State / In Brief

The Associated Press

Sailor killed at Pearl Harbor is buried I

NGLEWOOD, Calif. — More than 76 years after he was killed in the attack on Pearl Harbor, a Navy sailor has been laid to rest in Southern California.

Electrician’s Mate 3rd Class George Harvey Gibson was buried with full military honors Saturday at Inglewood Park Cemetery near Los Angeles.

The Kansas native was assigned to the USS Oklahoma when the ship was attacked in Hawaii by Japanese aircraft on December 7, 1941. The 20-year-old was among 429 crewmen killed but his body was classified as non-recoverable.

The U.S. Defense POW/ MIA Accounting Agency announced in February that Gibson’s body had been finally accounted for thanks to advances in DNA testing.

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Kauai man gets life in prison for killing

LIHUE — A 21-year-old Hawaii man has been sentenced to life in prison with the possibility of parole for the 2016 killing of a Kauai man.

Koma Kekoa Texeira was found guilty of second-degree murder in the death of 34-year-old Jon Togioka following a two-week trial in March.

Texeira, who was convicted of previous felonies, also was found guilty of use of a firearm in the commission of a separate felony and prohibited possession of a firearm.

Texeira, of Waimea, shot Togioka in a deserted area near Burns Field in Hanapepe on Halloween night in 2016, prosecutors said. Togioka’s body was found on the shore near the Port Allen Airport.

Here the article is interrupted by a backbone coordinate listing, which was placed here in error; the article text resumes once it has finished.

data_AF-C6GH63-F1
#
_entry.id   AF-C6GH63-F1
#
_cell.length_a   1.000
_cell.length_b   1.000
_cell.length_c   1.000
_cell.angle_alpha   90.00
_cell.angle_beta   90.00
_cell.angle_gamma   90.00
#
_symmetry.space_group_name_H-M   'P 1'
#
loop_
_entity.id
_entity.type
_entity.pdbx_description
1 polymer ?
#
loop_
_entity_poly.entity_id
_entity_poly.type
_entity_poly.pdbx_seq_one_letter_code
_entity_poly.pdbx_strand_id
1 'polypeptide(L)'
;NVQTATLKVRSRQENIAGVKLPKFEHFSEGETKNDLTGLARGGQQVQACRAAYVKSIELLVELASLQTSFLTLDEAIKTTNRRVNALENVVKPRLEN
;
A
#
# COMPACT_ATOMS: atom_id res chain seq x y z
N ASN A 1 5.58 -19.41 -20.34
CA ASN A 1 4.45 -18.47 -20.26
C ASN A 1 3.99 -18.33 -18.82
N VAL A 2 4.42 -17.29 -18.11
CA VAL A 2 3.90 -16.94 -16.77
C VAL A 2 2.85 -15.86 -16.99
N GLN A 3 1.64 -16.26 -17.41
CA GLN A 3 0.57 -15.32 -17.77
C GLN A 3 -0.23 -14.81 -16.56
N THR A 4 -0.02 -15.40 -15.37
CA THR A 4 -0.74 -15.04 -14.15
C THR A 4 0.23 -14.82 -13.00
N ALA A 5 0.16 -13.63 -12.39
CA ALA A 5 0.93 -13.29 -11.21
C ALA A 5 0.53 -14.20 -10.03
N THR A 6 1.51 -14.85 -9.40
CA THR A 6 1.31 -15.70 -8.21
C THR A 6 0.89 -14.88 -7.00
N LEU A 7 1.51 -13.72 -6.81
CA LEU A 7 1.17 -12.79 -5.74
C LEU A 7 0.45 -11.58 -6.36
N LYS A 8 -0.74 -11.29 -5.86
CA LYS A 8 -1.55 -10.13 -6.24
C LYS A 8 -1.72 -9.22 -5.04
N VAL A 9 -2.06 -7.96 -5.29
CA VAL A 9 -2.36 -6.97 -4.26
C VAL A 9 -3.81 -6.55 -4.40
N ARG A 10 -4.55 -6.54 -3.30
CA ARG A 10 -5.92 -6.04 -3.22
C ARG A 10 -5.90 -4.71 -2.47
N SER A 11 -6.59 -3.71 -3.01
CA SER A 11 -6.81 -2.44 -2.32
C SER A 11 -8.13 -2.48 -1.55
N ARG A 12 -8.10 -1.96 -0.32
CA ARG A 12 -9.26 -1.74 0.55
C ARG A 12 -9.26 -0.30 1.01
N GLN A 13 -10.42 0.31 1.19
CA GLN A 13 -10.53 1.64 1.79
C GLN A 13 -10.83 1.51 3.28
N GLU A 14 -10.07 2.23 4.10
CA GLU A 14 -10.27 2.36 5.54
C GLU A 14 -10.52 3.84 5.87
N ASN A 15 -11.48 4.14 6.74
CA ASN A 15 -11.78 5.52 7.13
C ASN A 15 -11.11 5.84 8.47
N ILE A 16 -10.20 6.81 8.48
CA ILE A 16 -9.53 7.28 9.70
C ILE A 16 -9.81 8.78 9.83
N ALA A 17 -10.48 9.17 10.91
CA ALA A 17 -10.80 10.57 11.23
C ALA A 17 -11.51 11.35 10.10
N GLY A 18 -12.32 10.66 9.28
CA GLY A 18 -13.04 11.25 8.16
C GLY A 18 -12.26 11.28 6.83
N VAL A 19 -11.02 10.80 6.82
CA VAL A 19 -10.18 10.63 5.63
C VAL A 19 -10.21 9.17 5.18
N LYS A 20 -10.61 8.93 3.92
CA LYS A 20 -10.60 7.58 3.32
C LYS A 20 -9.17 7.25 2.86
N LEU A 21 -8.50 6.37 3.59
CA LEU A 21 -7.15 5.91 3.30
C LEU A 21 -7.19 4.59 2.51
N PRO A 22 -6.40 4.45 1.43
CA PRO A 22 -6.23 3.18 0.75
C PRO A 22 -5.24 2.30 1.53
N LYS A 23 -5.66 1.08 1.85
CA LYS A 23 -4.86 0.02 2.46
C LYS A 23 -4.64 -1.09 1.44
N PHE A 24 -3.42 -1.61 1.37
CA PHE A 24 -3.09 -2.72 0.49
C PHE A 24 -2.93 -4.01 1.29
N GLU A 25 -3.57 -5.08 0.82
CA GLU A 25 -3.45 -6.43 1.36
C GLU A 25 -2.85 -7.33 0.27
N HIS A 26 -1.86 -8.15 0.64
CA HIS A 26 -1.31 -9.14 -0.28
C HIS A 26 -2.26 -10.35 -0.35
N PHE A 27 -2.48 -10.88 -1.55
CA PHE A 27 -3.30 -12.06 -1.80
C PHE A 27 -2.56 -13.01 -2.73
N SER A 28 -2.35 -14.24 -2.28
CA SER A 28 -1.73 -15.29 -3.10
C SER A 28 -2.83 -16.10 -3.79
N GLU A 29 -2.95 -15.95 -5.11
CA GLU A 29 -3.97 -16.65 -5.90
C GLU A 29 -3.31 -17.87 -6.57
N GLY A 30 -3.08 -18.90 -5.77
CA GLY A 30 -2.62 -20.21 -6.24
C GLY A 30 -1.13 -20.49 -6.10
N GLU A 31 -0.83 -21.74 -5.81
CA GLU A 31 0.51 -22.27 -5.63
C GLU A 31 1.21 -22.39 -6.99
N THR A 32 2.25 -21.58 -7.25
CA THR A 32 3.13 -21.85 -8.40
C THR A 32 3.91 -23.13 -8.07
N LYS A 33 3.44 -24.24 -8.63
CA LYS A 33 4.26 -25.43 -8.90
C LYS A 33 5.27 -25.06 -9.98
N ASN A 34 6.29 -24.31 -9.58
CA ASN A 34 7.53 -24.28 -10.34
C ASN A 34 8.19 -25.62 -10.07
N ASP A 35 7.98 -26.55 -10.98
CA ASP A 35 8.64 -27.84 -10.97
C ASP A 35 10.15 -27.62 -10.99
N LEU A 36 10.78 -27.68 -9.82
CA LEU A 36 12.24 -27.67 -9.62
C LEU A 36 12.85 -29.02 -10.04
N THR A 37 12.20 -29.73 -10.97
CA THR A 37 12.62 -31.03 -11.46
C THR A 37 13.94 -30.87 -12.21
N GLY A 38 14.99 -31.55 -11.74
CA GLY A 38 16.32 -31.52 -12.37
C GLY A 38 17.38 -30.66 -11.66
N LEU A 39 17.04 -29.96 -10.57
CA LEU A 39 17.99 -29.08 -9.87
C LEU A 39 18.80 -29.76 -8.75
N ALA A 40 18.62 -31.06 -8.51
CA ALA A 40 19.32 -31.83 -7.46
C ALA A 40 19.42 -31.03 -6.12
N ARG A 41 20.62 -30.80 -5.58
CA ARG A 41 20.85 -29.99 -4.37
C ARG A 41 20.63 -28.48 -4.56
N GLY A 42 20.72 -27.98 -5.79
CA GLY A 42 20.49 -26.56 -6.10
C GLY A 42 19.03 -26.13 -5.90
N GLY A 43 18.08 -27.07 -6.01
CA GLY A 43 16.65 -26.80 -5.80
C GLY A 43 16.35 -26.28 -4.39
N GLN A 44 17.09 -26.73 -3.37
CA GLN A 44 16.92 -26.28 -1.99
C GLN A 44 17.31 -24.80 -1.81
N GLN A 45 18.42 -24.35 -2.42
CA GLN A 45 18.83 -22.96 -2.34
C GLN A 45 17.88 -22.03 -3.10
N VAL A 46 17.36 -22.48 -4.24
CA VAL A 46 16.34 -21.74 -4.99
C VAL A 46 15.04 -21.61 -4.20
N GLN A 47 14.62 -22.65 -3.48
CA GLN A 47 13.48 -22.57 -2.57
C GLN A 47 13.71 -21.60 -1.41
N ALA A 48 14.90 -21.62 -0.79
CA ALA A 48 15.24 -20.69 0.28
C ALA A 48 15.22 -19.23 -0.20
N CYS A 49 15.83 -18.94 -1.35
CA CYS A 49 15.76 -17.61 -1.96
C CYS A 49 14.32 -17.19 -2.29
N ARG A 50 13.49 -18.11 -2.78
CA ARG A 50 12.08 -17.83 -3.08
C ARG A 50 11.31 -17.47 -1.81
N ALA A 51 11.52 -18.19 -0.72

Texeira was arrested a few days after the shooting.

“Throughout this entire process our thoughts have remained with the family and friends of Jon Togioka,” prosecutor Justin F. Kollar said. “We cannot bring Jon back, but we can ensure justice for his ohana (family).”

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First quilt museum in Hawaii opens

KAILUA-KONA — The only Hawaiian quilt museum in the state is officially open for business.

West Hawaii Today reports the Kona Hawaiian Quilt Museum and Gallery opened July 14, two years after museum founder Karen Barry started with the concept in 2016.

The museum displays nearly 60 Hawaiian quilts, some more than 100 years old. There are also pieces available for sale.

Barry promises an ever-changing exhibit as well as a home for traveling quilt shows, popular on the Mainland.

The museum also offers family-friendly activities and scavenger hunts.

The museum will offer an outreach program with schools, teaching the art and historical significance of Hawaiian quilting. Volunteers are needed to teach these programs, as well as staff the museum.